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How Do I fill a cake?

post #1 of 12
Thread Starter 
Hello. I was wondering how do I fill a cake without the filling coming out of the sides before I crumb coat it?
Thanks,
Lisa
post #2 of 12
Put a ring of stiff buttercream around the outer edge to hold in your filling. Don't go any higher on your filling than the ring of buttercream
post #3 of 12
Keep the ring of buttercream about 1/2 inch in from the cake edge.
The ring of buttercream is called a dam
post #4 of 12

Ive seen this before, and I would be afraid it would ooze out of the cake anyway. Doesnt it make the cake soggy inside the middle, causing it to sink??? curious.

 

And is this how they get the flavors inside the cakes? Can any type of filling be used? WHAT WOULD YOU RECOMMEND TO NOT USE AS A FILLING?

Dede Wilson (cake decorator) I dont want people to look at my cakes and say: It's to pretty to eat. I want them to look at them as dessert and want to eat them. .
Reply
Dede Wilson (cake decorator) I dont want people to look at my cakes and say: It's to pretty to eat. I want them to look at them as dessert and want to eat them. .
Reply
post #5 of 12

Please remember the following important things:

 

--there is a limit to how thick the filling can be.  If you want to use more than 1/4" or 6mm, then you must use something that will set FIRM like buttercream or ganache or a cooked fruit with gelatin.  

 

--You can use home cooked pie filling recipes but use 1/4 less liquid than the pie recipe calls for.

 

--TEST the filling by spreading a layer onto a plate and chilling it for an hour.  If it is still soft to the touch, then it must only be used as a thin layer.

 

--use LorAnn candy flavours to add flavour to buttercream or ganache, they taste very good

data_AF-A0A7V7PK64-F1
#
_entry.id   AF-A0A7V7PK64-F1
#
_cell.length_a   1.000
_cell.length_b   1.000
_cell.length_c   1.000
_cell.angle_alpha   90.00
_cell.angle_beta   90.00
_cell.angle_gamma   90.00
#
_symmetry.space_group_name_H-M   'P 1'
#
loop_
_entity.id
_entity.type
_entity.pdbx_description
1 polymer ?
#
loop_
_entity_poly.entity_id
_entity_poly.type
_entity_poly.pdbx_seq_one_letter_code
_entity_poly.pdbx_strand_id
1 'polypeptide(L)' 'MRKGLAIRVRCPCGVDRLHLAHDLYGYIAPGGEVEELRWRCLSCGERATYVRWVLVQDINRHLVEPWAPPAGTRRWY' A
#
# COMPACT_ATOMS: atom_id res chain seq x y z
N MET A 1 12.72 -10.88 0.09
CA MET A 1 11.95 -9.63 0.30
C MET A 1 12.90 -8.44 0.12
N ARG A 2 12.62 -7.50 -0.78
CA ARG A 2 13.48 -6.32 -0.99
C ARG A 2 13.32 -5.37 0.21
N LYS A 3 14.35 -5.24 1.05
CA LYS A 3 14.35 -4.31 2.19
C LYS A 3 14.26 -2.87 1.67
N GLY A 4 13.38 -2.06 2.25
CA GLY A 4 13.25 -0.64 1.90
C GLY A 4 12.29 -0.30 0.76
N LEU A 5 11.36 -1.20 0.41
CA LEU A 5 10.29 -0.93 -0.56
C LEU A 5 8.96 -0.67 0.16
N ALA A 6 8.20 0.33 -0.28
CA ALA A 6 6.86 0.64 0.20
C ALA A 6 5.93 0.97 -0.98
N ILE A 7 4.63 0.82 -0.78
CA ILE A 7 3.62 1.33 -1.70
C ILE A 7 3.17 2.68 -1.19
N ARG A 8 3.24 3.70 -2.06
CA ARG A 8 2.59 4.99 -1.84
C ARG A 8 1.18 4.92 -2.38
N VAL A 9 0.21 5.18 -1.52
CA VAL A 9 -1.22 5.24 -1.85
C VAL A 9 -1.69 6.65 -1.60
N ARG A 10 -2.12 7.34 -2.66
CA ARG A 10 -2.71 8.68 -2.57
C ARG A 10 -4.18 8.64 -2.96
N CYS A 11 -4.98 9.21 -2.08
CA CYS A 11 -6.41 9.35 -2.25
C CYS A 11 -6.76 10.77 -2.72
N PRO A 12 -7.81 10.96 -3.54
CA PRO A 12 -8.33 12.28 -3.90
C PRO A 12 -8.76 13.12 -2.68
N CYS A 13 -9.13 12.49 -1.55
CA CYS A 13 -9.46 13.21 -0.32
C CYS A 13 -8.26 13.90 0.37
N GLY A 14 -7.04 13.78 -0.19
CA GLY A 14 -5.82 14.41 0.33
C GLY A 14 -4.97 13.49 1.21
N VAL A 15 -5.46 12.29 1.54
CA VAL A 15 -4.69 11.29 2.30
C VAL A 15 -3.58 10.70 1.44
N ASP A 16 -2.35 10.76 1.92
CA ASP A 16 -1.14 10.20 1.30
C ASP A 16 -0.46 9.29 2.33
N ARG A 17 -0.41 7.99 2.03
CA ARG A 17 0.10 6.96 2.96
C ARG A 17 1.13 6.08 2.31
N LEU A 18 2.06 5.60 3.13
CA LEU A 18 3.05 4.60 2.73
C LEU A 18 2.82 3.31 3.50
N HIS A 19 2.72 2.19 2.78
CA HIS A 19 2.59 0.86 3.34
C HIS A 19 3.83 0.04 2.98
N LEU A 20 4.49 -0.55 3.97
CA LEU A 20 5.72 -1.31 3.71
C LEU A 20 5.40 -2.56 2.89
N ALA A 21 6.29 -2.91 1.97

--you can also add flavour in a syrup which is put onto the cake before the filling

 

--to use a custard or cream cheese filling, waterproof the cake tops by brushing with melted chocolate or candy melts.  Allow to cool completely before adding the thick pudding.

post #6 of 12

I put custards in cakes all the time and you do not have to apply melted chocolate to the cake before.  It will soak into the cake a wee little bit, but not horribly to the point you need a layer of chocolate in there.  The second you move that cake, the thin chocolate layer is going to crack and let moisture right through anyway.  That is more work than you need to be doing.

post #7 of 12

I never put b/c or anything on my layers before i put custard filling or any filling. I just put the stiffer ring of b/c in from the edge a little and not put the filling up to the edge of the ring. Never had any problems. I make all kinds of homemade fillings and no problems. hth

post #8 of 12

I personally use the dam method because it's faster, but if you prefer to have filling in every bite, you can fill the cake without the ring of buttercream. just do a crumb coat and let it set for a little while in the fridge. when you take it back out you should be able to ice it normally.

post #9 of 12

If you have your dam so it is 1/2 on and 1/2 off the cake you can get more filling in there too.  Your dam can't be thick though... that's just asking for trouble. 

 

If your filling is buttercream based you don't really even need the dam, but something loose like a pudding/custard or a jam/thickened fruit puree will need one unless you are just putting a very thin spread of it in there.

post #10 of 12

Hi there, what is a dam?!, im also trying to fill my first cake and am concerned about doing it wrong!! Also how long do you let the filling set for before you can crumb coat it?

post #11 of 12
Dede Wilson (cake decorator) I dont want people to look at my cakes and say: It's to pretty to eat. I want them to look at them as dessert and want to eat them. .
Reply
Dede Wilson (cake decorator) I dont want people to look at my cakes and say: It's to pretty to eat. I want them to look at them as dessert and want to eat them. .
Reply
post #12 of 12

Awesome thanks!

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